My father and mother dropped me off one day ago and I am staring at the sign up sheet for the LGBT group. Two girls have just walked away from it hand in hand, leaving the scrawl of “Dana and Louise”. My stomach is churning and my palms are sweaty.

    A boy dashes his name across the paper and grins at me. “You should give it a go. If nothing else, it’s probably a great way to pick up guys.”

    He leaves. I take a deep breath and under the name “Michael” my pencil stumbles out in shaky letters. “Richard”.



    I sit next to my dad’s bedside. I have not slept in close to 24 hours.

    “Amber Room,” my dad mumbles. I lean in.

    “What, Dad?”

    “Amber Room. We’re in the Amber Room.”

    I look at the walls. There is a faint golden hue to them, and I assume this is what prompted him to see what he had been chasing almost all his life.

    “Yeah.” My voice is raspy with disuse. “You found it, Dad. You found the Amber Room.”

    Dad smiles faintly and closes his eyes.

    Two hours later, my father is dead.



    Emily has graduated from high school. Michael is back at his parents’s house, visiting with his family during the summer break. Mom and Dad are driving my grandparents to a steakhouse for a celebratory dinner. I am driving Emily, who looks tired but happy in her blue robes.

    “Em,” I say uncertainly. “Can I tell you something?”

    “Sure.” Emily fidgets with the golden tassel on her cap.

    I take a deep breath, preparing myself for never turning back. “I’m gay.”

    Emily doesn’t stop playing with the tassel. She doesn’t even look up. “Yeah, I know.”




    “I’m your little sister, dumbass.” She brushes some dust off the cap and tries to rub a dirt stain off it with a frown. “Of course I know.”



    Emily and I stand over my father’s grave with family members we don’t know. The dirt hits my father’s coffin and Emily leans her head on my shoulder. I wrap my arm around her and press my lips to her forehead. The mild thud of the dirt hitting the coffin cracks like a car backfire in the silence.

    Slowly the grave is filled and people leave one by one until it is just Emily and I, standing by the mound of earth that seems too small to hide my father.

    “I hated him for the way he was,” Emily whispered.

    “I know.”

    “It’s not fair.”

    “I know.”

    We are quiet until she sighs and says “Okay, let’s go home.”

    I squeeze my arm a little tighter around her and look at the grave. “Goodbye, Dad.”

    And we leave.



    Emily and I stand over my mother’s grave with family members we don’t know. The dirt hits my mother’s coffin and we avoid my father’s eyes. Everyone believes it to be because of grief.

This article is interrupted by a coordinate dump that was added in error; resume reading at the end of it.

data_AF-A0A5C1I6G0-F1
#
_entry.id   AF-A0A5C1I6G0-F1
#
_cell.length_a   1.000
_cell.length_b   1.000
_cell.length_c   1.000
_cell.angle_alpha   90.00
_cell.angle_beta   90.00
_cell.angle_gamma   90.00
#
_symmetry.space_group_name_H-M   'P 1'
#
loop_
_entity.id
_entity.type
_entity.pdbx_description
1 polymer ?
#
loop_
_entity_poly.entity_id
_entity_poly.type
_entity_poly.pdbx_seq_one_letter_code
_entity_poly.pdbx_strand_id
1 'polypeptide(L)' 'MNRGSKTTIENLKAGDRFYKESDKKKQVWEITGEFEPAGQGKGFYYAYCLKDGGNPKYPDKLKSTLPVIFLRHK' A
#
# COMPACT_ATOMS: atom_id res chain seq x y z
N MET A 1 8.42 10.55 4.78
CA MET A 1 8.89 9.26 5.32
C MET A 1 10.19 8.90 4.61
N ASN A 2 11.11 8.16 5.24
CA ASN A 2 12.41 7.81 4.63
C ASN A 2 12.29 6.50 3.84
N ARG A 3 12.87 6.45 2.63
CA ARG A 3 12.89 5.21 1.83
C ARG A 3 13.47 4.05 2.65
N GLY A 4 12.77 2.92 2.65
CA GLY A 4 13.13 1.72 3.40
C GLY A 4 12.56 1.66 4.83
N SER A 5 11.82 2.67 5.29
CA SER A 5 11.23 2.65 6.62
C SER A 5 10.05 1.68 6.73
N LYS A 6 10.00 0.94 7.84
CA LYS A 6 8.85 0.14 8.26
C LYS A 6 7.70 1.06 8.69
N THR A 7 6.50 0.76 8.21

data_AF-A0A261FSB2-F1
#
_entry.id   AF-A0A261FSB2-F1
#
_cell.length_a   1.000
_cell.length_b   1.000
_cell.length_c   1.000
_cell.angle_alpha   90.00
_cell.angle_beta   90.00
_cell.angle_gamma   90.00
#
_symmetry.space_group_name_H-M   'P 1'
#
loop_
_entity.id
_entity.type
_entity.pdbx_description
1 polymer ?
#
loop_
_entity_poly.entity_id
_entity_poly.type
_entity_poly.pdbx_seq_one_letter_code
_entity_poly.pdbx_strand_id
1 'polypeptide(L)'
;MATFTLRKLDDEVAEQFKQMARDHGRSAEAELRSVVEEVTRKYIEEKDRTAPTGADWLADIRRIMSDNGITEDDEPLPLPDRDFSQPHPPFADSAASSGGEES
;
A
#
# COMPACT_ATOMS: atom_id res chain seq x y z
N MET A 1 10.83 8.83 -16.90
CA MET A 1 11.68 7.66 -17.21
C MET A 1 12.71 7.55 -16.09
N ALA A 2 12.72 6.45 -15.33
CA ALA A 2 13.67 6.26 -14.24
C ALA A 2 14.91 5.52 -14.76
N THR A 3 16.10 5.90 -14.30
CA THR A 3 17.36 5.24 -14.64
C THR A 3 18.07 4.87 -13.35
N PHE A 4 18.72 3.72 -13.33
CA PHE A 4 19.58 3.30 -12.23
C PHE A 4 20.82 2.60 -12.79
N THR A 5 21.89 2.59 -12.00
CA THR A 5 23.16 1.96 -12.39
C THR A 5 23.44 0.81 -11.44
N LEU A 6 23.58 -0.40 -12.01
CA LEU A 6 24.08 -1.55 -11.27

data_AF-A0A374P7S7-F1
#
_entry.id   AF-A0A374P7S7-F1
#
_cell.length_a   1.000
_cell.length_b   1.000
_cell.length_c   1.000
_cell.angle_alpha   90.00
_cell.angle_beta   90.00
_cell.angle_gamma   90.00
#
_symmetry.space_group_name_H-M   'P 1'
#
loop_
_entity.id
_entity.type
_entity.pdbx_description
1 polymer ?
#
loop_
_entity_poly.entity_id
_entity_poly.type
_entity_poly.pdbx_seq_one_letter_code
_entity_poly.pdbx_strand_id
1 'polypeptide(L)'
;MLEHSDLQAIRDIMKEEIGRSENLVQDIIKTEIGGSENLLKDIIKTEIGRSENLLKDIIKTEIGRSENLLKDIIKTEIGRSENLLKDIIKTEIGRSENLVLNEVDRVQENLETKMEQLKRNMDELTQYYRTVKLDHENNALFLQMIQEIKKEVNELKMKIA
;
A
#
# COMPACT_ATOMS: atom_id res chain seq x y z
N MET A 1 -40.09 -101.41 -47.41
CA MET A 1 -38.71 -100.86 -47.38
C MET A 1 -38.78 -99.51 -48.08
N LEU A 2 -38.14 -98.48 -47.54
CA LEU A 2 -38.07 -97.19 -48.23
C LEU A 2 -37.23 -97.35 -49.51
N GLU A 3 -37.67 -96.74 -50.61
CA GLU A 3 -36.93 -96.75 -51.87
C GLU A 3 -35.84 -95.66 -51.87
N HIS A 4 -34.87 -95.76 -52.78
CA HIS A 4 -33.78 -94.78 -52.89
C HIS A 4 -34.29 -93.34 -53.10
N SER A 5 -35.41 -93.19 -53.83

After the funeral, my father walks up to me.

    “Hey, Richie.”

    “Hello, Dad.”

    “Heard you’re living in the city.”


    “Sustaining yourself?”

    “I have a roommate.”

    “Paying your rent on time?”


    There is silence.

    “Michael’s waiting to pick me up.”

    “All right. Bye, son.”

    “Goodbye, Dad.”

    And we leave.


The Clockwork Girl


She came in a box, delivered to their front door on the Twelfth of November. They didn’t even have to sign for her.

        They took her out piece by piece, little screws that came in little bags, a handy set of screwdrivers to set them in place, gears and little objects that ticked. They took out the instructions and built her the same way, piece by piece. They sprawled out on the wooden living room floor and tinkered, their afternoon project.

        When they were done, the Clockwork Girl dinged and sat up. She turned her glass head from woman to man, mother to father, and knew she was their daughter.


        The Clockwork Girl, whom her parents called Anna, and nearly no one else did, did not play with the other children in preschool. She sat in the corner and whirred in whispers by herself, playing with delicate glass fingers with a doll with Victorian curls and a ruffled dress. She played by herself until one day a little boy with black mussed hair and bright blue eyes came and sat across from her on the carpet.

        “Hi,” he said. She dinged at him, tilting her face slightly to match his.

        “I’m Pietro,” he said. “Can I play, too?”

        She held out her doll to him with a click and a whoosh and they played together.


        The Clockwork Girl and Pietro sat on a log overlooking a stream together, several months after their first meeting. Their parents stood far enough off that their children would not hear their cheerful chatter, her parents always keeping half an eye on her to make sure she did not shatter.

        “I love you,” he told her firmly. “An’ I don’t care about your gears and your screws. They make you special.”

        And he kissed her glass cheek, and her gears whirred a little faster.


        The Clockwork Girl did not like her trips to the “doctor”, as her parents referred to him. Every year he took her body off her head and replaced it with a new one, a slightly taller one.

        “You always look shinier,” Pietro commented one afternoon thirteen years after her parents acquired her. “They must buff up your new body real good.”

        The Clockwork Girl nodded slightly from where she was doing her homework on the floor. Pietro never brought it up again. She didn’t like the subject.